New Hyde Park’s mayor urges civility over Memorial Park

New Hyde Park’s mayor urges civility over Memorial Park
(l to r) Trustee Donna M. Squicciarino, Mayor Christopher Devane and Deputy Mayor Madhvi Nijjar during Thursday night's board of trustees meeting. (Photo by Brandon Duffy)

New Hyde Park Mayor Christopher Devane stressed the need for civility during a tense Board of Trustees meeting Thursday night when speaking about potential compromises on non-resident access to Memorial Park. 

“I don’t want to be your enemy,” Devane said to the crowd of over 50 people at Marcus Christ Hall. “I want to make it work and have a solution going forward and we have to act civil towards each other.”

Since May 16, New Hyde Park residents need a village ID to enter the park, which can be acquired at Village Hall. Non-residents, including residents of North New Hyde Park, have to pay $10 per person, per day, to use the park. 

The Village Board unanimously voted earlier this year to enforce the policy, which was made in 2012 but never followed as strictly as it is now. 

Village residents spoke strongly both for and against the new policy during a one-hour public comment period regarding Memorial Park. 

Diane Bentivegna, a lifelong village resident, commended the Village Board for listening to their voters. 

“Our Village Board was, is and always will be responsible to the needs of village residents. That is why we chose to live in this incorporated village,” Bentivegna said. “That’s why we choose to pay an additional tax on top of town, county and schools. The new policy has taken 10 years to realize; it was a generous free ride for those who entered our parks despite the signage at the entrance.”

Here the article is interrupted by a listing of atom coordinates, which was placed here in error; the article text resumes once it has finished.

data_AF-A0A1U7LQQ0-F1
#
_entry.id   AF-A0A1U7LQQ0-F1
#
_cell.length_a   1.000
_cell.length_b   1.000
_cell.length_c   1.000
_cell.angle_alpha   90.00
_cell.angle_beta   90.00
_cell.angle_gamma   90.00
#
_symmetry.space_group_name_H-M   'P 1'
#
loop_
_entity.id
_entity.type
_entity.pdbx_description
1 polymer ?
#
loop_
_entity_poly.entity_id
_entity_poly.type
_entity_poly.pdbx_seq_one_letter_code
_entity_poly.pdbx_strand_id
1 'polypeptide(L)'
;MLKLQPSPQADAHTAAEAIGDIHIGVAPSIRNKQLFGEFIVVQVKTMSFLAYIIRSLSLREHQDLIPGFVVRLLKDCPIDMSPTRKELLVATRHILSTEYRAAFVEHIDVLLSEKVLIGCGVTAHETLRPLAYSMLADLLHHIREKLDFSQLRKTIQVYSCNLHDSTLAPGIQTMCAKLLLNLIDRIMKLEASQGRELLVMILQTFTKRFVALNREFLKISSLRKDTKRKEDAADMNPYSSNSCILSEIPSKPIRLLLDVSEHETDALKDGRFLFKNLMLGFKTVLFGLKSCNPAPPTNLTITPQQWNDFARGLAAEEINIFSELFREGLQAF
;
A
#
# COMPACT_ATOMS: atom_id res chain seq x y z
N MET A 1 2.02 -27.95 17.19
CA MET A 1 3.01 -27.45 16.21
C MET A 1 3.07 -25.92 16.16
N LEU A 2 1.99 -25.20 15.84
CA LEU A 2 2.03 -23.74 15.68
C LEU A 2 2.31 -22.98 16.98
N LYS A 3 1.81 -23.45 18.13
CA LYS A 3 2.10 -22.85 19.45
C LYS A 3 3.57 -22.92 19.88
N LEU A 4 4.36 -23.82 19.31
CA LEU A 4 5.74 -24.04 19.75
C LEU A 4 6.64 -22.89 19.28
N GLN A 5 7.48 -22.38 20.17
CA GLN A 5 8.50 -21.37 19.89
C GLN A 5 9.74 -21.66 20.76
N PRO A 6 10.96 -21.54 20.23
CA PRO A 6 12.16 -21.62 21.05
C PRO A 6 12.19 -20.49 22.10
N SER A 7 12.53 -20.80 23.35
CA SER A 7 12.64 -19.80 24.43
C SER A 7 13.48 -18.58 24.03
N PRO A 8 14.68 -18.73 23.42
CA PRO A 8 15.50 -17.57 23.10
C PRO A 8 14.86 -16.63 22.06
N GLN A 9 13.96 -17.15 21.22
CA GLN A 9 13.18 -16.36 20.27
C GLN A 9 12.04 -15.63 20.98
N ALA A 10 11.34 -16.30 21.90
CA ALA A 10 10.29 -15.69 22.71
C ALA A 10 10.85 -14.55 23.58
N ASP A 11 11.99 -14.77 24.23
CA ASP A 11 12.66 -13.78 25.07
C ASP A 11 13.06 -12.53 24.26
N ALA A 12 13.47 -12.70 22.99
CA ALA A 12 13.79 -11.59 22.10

Devane, who was elected 14 months ago, has long discussed issues he has seen at Memorial Park and has been vocal about his intentions to make the park open to residents only. 

Residents speak Thursday night during the New Hyde Park Board of Trustees meeting. (Photo by Brandon Duffy)

The mayor said he has gone to the park constantly since being elected and has had discussions with who were there to let people know of the plans. Devane described trash, inappropriate language, drug dealing on William Street, dilapidated basketball courts and hoops and graffiti as some of the reasons he said conditions at the park were getting out of hand. 

“I would assume we would like a safe, clean park,” Devane said. “It was not safe and it was not clean last year.” 

Devane said his residents footed the bill for the cleanup that went on at Memorial Park, including renovations to the courts and a new dog park, bocce ball court and memorial. 

News12 and CBS both reported on a protest outside the park last week where kids, parents and residents picketed outside the gates. Devane told Blank Slate Media he was heckled and followed to his car recently after visiting the park. 

“If there’s a protest at the park and I walk out to my car and you follow me, prevent me from leaving and start shouting at me,” Devane told the audience, “that is not going to make me want to open up the park.”